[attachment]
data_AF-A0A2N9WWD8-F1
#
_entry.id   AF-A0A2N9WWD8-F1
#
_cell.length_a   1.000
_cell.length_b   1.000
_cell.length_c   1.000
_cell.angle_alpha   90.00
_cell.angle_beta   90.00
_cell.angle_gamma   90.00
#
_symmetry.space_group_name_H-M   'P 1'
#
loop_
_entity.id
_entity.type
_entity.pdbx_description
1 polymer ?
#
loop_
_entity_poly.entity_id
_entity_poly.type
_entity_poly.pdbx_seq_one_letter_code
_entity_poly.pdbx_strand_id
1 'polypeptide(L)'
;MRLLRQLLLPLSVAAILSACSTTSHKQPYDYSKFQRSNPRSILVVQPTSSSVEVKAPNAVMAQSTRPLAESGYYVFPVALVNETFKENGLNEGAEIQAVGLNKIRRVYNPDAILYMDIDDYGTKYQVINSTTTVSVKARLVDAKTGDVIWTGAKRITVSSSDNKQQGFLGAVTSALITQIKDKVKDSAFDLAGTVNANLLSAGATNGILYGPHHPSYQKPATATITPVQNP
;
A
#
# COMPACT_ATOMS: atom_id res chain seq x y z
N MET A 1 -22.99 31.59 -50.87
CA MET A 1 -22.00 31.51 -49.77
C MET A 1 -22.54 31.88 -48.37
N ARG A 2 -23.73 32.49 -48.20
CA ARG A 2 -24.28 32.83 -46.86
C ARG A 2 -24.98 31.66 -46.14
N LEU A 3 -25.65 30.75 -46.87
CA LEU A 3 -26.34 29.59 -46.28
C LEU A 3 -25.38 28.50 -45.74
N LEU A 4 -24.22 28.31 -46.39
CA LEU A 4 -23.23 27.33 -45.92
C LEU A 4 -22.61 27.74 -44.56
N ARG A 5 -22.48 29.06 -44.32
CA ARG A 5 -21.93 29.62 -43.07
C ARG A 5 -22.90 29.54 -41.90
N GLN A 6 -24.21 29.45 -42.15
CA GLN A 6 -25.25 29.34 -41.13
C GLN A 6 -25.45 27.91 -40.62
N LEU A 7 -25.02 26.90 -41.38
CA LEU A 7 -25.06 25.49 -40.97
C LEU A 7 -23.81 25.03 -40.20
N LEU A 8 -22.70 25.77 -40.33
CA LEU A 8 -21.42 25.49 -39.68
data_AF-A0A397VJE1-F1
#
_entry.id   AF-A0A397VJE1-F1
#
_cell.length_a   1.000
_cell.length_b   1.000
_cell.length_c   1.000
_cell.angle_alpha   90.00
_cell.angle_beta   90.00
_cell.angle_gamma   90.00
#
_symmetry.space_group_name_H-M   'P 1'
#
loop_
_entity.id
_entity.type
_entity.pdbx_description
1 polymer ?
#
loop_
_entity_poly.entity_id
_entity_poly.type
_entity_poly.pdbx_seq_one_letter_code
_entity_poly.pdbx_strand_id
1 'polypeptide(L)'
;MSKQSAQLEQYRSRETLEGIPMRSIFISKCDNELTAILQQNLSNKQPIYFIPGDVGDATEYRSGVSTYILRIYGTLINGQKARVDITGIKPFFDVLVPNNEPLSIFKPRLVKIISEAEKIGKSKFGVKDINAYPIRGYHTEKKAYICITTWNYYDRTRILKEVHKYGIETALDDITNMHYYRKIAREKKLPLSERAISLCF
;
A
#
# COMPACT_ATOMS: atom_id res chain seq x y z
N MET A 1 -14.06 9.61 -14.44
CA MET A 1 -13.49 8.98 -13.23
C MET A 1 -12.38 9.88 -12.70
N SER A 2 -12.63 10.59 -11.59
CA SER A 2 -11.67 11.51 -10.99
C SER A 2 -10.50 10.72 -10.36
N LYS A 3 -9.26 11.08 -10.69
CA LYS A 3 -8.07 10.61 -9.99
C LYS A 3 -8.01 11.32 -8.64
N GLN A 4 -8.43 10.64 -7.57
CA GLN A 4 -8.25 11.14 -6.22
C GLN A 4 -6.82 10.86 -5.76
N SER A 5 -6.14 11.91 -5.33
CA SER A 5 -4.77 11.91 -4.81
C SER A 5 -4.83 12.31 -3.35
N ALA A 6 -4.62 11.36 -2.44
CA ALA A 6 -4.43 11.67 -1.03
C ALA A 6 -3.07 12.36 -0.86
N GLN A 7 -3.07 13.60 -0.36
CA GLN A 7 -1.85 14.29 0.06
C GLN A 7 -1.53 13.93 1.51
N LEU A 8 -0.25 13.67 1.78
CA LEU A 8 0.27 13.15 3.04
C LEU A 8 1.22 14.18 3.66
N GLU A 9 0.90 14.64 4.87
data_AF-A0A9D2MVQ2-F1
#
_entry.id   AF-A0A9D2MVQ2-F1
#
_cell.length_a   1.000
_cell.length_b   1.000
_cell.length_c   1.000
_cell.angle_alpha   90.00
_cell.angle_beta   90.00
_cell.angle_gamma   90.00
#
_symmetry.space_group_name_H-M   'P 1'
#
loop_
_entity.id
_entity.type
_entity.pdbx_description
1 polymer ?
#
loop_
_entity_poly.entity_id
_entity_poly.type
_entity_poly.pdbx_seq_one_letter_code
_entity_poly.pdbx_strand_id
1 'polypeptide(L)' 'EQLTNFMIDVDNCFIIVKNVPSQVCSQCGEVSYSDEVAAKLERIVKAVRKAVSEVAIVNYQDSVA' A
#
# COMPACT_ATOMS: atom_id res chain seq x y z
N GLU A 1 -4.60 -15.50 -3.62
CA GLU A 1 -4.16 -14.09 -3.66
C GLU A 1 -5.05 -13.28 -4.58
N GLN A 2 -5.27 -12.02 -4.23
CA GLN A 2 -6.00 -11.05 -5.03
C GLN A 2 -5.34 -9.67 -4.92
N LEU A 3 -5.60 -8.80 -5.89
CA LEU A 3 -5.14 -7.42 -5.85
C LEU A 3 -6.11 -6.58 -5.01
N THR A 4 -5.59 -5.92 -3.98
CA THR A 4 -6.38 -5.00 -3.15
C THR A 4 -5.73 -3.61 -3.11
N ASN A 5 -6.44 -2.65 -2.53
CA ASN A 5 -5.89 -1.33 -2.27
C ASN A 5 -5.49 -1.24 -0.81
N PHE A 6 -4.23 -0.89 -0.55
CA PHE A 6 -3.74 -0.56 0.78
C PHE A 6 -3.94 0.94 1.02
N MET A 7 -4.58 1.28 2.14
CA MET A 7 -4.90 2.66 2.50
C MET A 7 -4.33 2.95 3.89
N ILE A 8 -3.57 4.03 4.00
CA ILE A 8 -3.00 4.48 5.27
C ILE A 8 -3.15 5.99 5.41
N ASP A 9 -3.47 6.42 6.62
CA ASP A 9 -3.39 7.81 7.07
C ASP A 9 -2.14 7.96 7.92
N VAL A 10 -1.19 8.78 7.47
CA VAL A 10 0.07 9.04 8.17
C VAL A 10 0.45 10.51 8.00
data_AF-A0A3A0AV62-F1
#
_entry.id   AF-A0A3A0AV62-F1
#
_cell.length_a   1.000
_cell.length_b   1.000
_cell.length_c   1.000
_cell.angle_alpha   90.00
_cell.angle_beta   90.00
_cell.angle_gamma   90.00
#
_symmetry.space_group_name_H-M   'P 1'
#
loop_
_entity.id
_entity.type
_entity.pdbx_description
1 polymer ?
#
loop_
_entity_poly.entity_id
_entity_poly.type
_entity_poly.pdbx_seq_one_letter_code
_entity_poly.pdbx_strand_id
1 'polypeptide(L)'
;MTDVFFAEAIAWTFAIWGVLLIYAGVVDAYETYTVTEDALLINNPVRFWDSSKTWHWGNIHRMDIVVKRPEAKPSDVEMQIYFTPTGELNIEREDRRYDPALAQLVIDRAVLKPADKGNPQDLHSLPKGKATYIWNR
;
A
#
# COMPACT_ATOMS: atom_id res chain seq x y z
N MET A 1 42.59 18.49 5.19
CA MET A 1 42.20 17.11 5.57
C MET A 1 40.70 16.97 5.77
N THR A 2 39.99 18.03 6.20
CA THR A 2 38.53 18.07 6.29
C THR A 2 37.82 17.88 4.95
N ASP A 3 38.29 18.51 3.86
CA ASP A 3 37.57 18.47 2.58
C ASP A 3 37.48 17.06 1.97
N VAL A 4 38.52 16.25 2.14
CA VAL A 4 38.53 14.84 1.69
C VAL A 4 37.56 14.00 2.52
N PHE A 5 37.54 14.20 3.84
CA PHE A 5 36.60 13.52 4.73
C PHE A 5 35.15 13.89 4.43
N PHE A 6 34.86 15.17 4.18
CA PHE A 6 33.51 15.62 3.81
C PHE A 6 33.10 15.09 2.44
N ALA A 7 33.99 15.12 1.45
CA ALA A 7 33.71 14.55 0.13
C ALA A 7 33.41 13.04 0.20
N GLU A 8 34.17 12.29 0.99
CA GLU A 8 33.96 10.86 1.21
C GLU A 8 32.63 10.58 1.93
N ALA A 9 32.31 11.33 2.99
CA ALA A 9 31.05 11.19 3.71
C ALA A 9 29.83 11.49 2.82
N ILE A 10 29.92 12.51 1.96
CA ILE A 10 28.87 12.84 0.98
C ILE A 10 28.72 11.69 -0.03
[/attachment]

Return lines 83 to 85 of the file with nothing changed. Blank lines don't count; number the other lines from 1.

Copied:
# COMPACT_ATOMS: atom_id res chain seq x y z
N MET A 1 -14.06 9.61 -14.44
CA MET A 1 -13.49 8.98 -13.23